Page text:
Frontend development is tougher than ever. UIs have dozens of intertwined requirements that range from browser compatibility to render speed and everything in between.
If you’re a developer like me, it can be confusing to know what’s the best practice for any given UI pattern. The web changes fast and people have a lot of opinions. The clearest way to see what works is to reference what others do.
In December, I previewed the Component Encyclopedia, a catalog of battle-tested components for you to learn from. I’m excited to share that we’re now in beta. Thanks to the community, we indexed 3,490 components across 44 projects so far.
📚 Go to the beta site now or continue on to the highlights below.
Who uses Storybook?
Customization is one of the top reasons for Storybook’s popularity. It’s flexible enough to fit the shape of any organization. Multinational companies use it to keep track of innumerable edge cases in their apps. Startups and solo developers use it to assemble UIs faster.
Component Encyclopedia showcases UI components from leading teams at the BBC, European Union, Microsoft, and more. That gives you a comprehensive overview of prior art to learn from. Join me now for a tour of inspiring projects coming to the encyclopedia.
News & broadcasting companies
Newspapers seek to inform people through journalism and investigation. These days, the “paper” in “newspaper” is a misnomer because most news is delivered online. Developers of news sites must support a variety of content like text, video, audio, and interactive formats. In addition, they must consider usability on legacy devices and slow connections.
BBC is the oldest and largest broadcaster in the world. Their audience spans 456 million people which means content must be localized for dozens of countries. BBC Psammead design system uses Storybook to build a durable component library that’s accessible, internationalized, and performant.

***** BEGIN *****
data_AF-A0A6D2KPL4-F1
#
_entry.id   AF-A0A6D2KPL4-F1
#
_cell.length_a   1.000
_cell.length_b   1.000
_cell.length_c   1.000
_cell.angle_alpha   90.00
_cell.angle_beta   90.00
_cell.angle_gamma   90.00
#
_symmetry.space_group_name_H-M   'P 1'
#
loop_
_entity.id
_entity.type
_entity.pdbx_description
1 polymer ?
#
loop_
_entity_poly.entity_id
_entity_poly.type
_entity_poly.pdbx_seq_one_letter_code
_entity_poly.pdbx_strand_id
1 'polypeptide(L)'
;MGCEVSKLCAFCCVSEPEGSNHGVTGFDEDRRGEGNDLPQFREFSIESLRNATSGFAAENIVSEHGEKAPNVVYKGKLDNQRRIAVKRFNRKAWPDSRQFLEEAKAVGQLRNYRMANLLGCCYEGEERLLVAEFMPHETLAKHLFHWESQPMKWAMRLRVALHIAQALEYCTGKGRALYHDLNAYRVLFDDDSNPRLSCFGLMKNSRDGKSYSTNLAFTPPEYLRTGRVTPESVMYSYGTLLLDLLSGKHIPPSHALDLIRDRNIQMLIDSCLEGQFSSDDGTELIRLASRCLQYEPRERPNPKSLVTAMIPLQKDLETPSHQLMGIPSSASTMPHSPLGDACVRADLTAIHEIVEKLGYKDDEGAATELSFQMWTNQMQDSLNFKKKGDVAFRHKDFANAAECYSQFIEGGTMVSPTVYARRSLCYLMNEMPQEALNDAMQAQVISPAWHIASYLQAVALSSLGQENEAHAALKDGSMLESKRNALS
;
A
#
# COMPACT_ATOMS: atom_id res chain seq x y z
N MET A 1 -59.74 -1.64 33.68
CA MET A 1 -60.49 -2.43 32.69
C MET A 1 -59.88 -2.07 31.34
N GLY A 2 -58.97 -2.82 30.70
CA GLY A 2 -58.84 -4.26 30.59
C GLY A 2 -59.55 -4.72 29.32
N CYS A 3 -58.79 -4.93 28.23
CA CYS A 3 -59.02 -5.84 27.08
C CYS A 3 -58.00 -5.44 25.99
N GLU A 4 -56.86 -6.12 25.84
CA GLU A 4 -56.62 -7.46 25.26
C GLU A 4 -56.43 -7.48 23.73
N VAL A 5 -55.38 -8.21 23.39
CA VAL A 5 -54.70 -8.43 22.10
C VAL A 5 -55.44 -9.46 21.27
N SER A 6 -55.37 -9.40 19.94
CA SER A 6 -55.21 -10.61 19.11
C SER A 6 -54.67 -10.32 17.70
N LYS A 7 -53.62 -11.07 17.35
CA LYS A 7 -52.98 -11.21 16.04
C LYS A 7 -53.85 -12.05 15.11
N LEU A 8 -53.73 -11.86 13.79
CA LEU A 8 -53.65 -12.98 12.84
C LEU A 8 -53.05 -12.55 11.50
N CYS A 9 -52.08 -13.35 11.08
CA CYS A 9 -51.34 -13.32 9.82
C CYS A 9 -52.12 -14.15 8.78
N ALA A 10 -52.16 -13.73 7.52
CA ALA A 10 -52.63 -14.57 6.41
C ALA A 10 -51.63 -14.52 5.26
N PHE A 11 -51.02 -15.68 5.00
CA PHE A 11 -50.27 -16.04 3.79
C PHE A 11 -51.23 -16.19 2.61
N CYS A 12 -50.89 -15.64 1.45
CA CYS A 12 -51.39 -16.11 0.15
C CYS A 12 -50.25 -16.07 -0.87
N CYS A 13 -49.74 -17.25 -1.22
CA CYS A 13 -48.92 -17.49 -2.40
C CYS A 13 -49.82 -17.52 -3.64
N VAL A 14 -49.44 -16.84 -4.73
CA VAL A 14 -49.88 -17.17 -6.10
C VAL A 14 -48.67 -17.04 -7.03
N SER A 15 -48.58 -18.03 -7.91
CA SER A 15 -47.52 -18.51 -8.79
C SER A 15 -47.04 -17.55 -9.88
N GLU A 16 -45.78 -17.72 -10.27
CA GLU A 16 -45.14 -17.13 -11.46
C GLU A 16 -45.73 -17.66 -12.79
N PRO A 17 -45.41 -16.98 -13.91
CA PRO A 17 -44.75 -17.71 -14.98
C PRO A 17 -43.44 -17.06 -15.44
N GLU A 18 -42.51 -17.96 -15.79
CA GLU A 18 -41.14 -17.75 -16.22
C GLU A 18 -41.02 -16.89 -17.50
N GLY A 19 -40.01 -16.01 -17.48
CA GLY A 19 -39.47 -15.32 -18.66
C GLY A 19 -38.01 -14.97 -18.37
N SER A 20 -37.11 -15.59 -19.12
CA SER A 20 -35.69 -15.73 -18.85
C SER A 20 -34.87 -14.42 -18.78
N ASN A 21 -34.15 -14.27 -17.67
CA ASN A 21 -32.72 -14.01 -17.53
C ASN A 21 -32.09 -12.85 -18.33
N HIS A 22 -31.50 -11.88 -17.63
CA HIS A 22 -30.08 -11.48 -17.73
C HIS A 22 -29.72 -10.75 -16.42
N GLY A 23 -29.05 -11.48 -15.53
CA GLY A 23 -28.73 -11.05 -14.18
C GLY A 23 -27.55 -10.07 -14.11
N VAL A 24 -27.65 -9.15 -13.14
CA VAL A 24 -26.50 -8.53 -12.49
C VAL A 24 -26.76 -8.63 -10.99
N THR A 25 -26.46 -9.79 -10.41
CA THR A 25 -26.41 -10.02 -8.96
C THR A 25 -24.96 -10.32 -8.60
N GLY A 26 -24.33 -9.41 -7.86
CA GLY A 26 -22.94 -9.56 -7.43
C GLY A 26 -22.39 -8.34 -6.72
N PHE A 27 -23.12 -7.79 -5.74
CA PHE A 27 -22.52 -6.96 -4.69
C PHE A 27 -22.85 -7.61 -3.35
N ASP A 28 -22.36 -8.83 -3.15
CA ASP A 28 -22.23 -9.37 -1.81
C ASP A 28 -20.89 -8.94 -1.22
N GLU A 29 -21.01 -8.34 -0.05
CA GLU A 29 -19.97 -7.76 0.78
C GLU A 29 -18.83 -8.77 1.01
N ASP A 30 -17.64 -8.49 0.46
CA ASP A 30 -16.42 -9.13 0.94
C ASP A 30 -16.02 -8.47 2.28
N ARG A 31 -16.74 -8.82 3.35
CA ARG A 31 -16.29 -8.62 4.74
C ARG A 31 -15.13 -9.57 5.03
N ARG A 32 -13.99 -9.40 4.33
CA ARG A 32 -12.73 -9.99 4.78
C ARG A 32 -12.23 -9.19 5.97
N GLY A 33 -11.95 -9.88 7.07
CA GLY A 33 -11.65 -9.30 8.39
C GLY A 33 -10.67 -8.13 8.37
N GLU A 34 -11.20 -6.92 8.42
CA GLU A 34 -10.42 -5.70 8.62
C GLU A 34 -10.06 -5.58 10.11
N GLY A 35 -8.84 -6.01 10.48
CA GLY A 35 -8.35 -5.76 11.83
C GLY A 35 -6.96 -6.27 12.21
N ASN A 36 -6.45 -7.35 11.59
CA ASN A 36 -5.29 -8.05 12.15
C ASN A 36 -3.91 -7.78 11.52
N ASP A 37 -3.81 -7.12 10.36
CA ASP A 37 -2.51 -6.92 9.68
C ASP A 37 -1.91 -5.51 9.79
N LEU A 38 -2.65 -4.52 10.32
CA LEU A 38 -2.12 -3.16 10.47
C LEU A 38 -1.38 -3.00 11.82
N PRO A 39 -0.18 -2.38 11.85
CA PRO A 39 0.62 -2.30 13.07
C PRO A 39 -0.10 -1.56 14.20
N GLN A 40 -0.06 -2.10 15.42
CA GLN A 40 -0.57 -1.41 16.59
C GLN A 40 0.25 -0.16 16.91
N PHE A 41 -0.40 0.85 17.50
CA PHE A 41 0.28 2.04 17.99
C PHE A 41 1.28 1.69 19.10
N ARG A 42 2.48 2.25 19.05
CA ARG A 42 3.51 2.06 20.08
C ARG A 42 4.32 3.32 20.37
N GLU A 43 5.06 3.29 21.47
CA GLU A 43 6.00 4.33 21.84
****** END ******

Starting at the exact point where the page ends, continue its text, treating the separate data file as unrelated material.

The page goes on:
The Guardian is one of the most trusted newspapers in the United Kingdom. It covers a broad variety of topics. To provide the best reading experience, The Guardian’s page layouts need to be resilient to every content type yet remain customizable. Storybook is used to build the entire UI, from component to page, in isolation from the content management system.
Institutions & public organizations
Institutions exist to serve the public. But the “public” isn’t just one person - it’s many individuals with a spectrum of needs, connections, devices, and disabilities. That can be challenging for a UI developer because you need to support near infinite use cases.
The European Union includes 27 member states that account for 447 million people. The Europa Component Library (ECL) provides a standard set of UI components, built in Storybook, for use on all Europa websites and apps.
The World Food Programme (WFP) is the largest humanitarian organization in the world that serves 115 million people in 80 countries. They use Storybook to build and document ready-made, accessible UI components that adhere to brand guidelines.